Discussion Top


Provisional FDPs are essential components of fixed prosthodontic treatment. Provisional restorations must satisfy biologic, esthetic, and mechanical requirements such as resistance to functional loads, resistance to removal forces, and maintenance of abutment alignment.[7] There are a number of materials available for provisional FDPs. The majority of these materials can fit into two main categories based on their composition: (1) Methyl methacrylate resins and (2) composite resins.[2],[3],[7] Traditional methyl methacrylate type resins are mono-functional low molecular weight, linear molecules that exhibit decreased strength and rigidity whereas composite resins are di-functional and capable of cross-linking with another monomer chain imparting strength and toughness to the material.[6] There is not a single material or method that has been found to be useful in all clinical situations, so it is important to know the properties of the material in order to know the limitations and indications/contraindications for their clinical use for extended periods of time. One such property is flexural strength and the other is microhardness.[6]

If the provisional FDPs are expected to function for extended periods of time or when additional therapy is required before completion of definitive treatment viz. during the prosthetic phase of dental implants and reconstructive procedures, while evaluation of a change in vertical dimension, for orthodontic stabilization, in case of assessing the results of periodontal and endodontic therapies and in cases of bruxism, the improved mechanical properties play an important role.[8],[9],[10]

In case of prosthetic phase of dental implants, longer treatment times and the necessity for addressing tissue contour issues before definitive treatment dictate techniques that would provide more durability. Management involving indirect fabrication of acrylic resin provisional restorations for increased polymerization and reinforcement can be done with assorted types of methods and materials.[1]

Heat-activated acrylic resin is inherently stronger, has greater stability, and is more resistant to polymer breakdown than autopolymerized resin.[8] It also has the advantages of color stability, maintenance of surface finish, and resistance to wear.[8] Provisional restorations fabricated from heat-processed acrylic resin can function satisfactorily for extended periods of time.[11]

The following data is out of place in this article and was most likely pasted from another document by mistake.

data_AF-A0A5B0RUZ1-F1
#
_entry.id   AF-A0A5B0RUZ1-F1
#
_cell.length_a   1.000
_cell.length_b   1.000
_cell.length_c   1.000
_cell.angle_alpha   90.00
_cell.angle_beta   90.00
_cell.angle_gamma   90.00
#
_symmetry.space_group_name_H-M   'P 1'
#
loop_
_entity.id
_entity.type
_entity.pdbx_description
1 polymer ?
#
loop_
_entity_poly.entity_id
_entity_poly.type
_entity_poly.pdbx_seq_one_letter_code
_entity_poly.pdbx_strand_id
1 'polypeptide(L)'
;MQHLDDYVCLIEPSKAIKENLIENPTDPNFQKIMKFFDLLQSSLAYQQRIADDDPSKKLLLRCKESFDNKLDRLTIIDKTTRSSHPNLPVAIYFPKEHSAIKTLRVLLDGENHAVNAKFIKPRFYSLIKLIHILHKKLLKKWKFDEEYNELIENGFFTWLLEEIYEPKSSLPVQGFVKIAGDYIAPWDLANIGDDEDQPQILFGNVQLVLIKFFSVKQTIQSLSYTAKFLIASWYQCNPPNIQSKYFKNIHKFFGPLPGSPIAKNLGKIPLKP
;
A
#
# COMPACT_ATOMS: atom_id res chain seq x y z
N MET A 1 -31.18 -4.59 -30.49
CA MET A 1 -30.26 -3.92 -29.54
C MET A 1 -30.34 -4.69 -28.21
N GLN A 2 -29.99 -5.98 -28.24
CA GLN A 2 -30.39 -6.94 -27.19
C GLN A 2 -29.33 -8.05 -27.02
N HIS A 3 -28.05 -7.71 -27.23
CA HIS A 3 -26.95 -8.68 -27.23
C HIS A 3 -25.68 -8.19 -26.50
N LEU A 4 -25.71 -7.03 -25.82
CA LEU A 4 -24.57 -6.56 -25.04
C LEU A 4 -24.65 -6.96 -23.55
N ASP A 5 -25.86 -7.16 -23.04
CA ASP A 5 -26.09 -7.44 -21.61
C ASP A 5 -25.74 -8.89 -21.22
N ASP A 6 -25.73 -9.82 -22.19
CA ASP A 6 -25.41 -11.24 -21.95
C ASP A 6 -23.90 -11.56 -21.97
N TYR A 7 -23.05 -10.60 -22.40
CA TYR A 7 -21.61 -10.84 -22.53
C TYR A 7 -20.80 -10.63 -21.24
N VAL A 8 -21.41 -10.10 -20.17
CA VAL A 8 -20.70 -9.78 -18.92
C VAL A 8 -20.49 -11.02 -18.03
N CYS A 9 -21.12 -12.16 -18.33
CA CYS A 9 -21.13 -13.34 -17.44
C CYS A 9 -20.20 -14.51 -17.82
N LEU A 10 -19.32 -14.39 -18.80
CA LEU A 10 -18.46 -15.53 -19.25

Rekow [12] reviewed the CC systems used in dentistry and proposed its use for provisionalization. Manufacturing under industrial conditions permits high-density polymer-based restorations which offer favorable mechanical behavior and biocompatibility.[13] These CC restorations also reduce the chair side time of the patient.[14] In addition, according to Rocca et al.,[15] it is over the last two decades that the CC technique has evolved. Hardware has become less expensive, software is easier to use, fabrication is faster, and the milled restorations are more accurate in terms of anatomic form, marginal fit, and occlusal/interproximal contacts. Thus, the CC approach is becoming more popular for the fabrication of tooth-colored indirect restorations.[15]

Moreover, the location, shape, and extension of the pontics over the soft tissue of the residual ridge could be determined virtually. In addition, in situ ations where a fracture of the provisional restoration occurs, the dataset will be available for a second milling process. Furthermore, the shape of the restoration can be simulated for the fabrication of the definitive prosthesis. The customized provisional restoration could be scanned after a prolonged clinical acceptance and digitally transferred into a definitive restoration. This facilitates the precise transfer of the contour of the provisional into a definitive restoration and in turn will result in higher predictability for the definitive restorations.[13]

CC milling of PMMA blanks (subtractive method) has been used for the fabrication of provisional FDPs since past few years.[16] However, RP (3D printing and additive method) is an emerging technology for the same. It basically produces solid layers using a concentrated UV light beam that moves on a photosensitive liquid polymer resin placed on a platform. As the first layer is polymerized, the platform is lowered a few microns and the next layer is cured. This process is repeated until the whole solid object is completed. The object is then rinsed with a solvent and placed in a UV oven to thoroughly cure the resin.[17]

RP (3D printing) has been used in the past for various applications viz. fabrication of maxillofacial prosthesis,[17],[18] making complete dentures,[19] crowns, bridges and/or copings/resin patterns for the same [20] and making dental casts models,[17],[21],[22],[23] surgical templates for guided surgery of implants,[17],[24] and fabrication of patterns for Cast Partial Dentures (CPD),[4],[17],[20],[25],[26],[27],[28],[29],[30] and post and core.[22] But, apart from these, there is little literature on its application for provisional FDPs.